If you are interested in the ongoing scalability work, or in the RML/OOB in
ORTE, please read on - otherwise, feel free to hit "delete".
As many of you know, we have been working towards solving several problems
that affect our ability to operate at large scale. Some of the required
modifications to the code base have recently been applied to the trunk.
We have known since it was originally written over two years ago that the
OOB contained some inherent scalability limits. For example, the system
immediately upon opening obtains contact info for all daemons in the
universe, opens sockets to them, and sends an initial message to them. It
then does the same with all the application processes in its job.
As a result, for a 2000 process job running on 500 nodes, each application
process will immediately open and communicate across 2501 sockets (2000
procs + 500 daemons [one per node] + the HNP) during the startup phase.
If you really want to imagine some fun, now have that job comm_spawn 500
processes across the 500 nodes, and *don't* reuse daemons. As each new
daemon is spawned, every process in the original job (including the original
daemons) is notified, loads the new contact info for that daemon, opens a
socket to it, and does an "ack" comm. After all 500 new daemons are running,
they now launch the 500 new procs, each of which gets the info on 1000
daemons plus the info for 2000 parents and 500 peers, and immediately opens
1000 daemons + 2000 parents + 500 peers + 1 HNP = 3501 sockets!
This was acceptable for small jobs, but causes considerable delay during
startup for large jobs. A few other OOB operational characteristics further
exacerbate the problem - I will detail those in a document on the wiki to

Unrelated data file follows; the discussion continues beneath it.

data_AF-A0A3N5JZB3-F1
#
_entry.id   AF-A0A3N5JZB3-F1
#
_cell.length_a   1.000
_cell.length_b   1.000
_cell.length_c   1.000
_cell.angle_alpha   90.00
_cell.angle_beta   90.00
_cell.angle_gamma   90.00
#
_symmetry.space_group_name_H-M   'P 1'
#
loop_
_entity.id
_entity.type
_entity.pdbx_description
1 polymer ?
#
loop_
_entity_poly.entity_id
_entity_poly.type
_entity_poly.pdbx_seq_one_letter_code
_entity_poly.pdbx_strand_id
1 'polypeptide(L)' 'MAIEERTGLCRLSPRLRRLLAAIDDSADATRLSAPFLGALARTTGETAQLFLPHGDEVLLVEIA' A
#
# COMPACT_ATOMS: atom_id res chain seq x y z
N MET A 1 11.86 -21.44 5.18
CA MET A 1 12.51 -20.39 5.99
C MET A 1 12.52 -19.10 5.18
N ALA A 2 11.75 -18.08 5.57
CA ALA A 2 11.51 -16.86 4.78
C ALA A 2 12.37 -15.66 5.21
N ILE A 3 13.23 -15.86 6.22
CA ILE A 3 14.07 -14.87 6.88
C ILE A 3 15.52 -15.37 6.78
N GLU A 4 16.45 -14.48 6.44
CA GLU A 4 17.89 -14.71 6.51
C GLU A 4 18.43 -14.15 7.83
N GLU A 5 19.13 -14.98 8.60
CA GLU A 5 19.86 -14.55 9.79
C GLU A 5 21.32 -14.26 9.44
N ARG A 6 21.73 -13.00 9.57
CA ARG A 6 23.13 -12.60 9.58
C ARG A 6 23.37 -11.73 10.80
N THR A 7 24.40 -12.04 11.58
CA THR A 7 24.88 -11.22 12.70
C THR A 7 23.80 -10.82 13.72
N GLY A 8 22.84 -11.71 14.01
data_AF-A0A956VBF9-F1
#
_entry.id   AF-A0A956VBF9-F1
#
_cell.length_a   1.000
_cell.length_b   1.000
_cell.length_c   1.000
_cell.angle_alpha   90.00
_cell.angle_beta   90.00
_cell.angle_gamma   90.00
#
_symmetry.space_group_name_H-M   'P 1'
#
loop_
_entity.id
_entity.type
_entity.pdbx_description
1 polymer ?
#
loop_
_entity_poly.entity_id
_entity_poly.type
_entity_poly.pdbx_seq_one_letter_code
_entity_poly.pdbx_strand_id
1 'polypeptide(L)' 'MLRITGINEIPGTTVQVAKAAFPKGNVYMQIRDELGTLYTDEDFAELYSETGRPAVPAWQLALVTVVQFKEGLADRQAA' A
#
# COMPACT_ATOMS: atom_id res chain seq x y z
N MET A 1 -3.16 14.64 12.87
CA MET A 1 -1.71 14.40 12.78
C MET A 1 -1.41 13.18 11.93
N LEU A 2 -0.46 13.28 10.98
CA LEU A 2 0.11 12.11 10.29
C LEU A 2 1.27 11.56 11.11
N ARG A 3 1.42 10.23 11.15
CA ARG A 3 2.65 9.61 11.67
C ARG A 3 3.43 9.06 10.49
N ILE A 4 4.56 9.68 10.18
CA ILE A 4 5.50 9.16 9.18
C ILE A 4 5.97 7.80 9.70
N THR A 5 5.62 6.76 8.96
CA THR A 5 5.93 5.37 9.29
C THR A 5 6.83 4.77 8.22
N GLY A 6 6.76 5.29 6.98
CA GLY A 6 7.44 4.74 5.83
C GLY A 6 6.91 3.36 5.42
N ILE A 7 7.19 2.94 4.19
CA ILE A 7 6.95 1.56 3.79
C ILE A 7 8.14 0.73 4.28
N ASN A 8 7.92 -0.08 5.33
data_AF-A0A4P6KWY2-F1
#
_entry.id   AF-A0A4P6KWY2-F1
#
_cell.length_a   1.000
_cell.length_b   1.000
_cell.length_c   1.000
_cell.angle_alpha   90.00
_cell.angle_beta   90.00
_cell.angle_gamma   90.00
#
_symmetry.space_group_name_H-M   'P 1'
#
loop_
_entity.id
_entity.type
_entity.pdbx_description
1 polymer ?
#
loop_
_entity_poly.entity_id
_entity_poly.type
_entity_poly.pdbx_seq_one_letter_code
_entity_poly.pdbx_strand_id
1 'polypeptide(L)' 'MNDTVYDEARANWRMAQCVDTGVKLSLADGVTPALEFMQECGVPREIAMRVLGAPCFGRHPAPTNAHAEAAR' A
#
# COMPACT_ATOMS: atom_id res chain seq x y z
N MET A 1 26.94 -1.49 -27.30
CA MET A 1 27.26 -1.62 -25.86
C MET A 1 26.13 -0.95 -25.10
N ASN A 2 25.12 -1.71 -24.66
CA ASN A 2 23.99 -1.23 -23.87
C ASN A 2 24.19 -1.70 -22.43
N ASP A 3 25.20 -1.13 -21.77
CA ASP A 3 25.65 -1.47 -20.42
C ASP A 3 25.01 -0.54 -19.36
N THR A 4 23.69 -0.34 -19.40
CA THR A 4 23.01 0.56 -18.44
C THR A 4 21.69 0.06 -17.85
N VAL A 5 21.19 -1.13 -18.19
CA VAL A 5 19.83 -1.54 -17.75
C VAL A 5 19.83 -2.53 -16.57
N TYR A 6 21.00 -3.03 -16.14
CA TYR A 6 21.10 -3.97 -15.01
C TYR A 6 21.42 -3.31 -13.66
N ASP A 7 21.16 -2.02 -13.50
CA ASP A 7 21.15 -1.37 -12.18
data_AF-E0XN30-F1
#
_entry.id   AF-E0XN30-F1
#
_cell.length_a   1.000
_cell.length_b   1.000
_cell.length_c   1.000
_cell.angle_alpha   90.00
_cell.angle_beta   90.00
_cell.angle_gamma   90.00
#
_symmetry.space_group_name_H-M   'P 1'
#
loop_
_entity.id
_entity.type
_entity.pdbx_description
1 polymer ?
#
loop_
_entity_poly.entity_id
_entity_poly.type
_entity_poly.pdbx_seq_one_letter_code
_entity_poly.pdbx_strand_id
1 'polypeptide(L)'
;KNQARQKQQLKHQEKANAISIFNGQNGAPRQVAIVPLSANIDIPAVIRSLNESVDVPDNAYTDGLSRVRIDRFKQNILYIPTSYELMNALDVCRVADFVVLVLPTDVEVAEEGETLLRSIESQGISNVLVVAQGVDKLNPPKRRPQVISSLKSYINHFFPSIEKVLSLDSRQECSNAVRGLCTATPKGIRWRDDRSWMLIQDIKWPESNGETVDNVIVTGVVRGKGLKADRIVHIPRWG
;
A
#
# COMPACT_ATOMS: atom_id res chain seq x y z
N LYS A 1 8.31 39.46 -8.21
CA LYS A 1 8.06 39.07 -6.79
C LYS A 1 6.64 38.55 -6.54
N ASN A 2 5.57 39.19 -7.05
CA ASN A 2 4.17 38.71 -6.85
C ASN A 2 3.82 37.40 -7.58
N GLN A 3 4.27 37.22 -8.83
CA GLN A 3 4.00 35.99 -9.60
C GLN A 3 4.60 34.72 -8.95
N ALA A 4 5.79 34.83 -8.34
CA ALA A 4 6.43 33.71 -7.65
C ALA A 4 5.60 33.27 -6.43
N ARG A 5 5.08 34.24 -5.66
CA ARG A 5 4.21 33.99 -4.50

help foster greater understanding.
Jeff Squyres and I are about to begin a major revision of the RML/OOB code
to resolve these problems. We will be using a staged approach to the effort:
1. separate the OOB's actions for loading contact info from actually opening
a socket to a process. Currently, the OOB immediately opens a socket and
performs an "ack" communication whenever contact info for another process is
loaded into it. In addition, the OOB immediately subscribes to the job
segment of the provided process, requesting that this process be alerted to
*any* change in OOB contact info to any process in that job. These actions
need to be separated out.
2. revise the RML/OOB init/open procedure. These are currently interwoven in
a manner that causes the OOB to execute registry operations that are not
needed (and actually cause headaches) during orte_init. The procedure will
be revised so that connections to the HNP and to the process' local orted
are opened, but all other contact info (e.g., for the other procs in the
job) is simply loaded into the OOB's contact tables, but no sockets opened
until first communication.
3. revise the xcast procedure so that it relays via the daemons and not the
application processes. For systems that do not use our daemons, alternative
mechanisms will be developed.
At some point in the future, a fully routable OOB will be developed to
remove the need for so many sockets on each application process. For now,
these steps should improve our startup time considerably.
With some luck and (hopefully) not too many conflicting priorities, Jeff and
I may complete this work by Christmas - more likely, though, is sometime
early in Jan. We will be working on a tmp branch, but you may see some
transfer of code to the trunk as we progress.
As always, feel free to comment and/or make suggestions!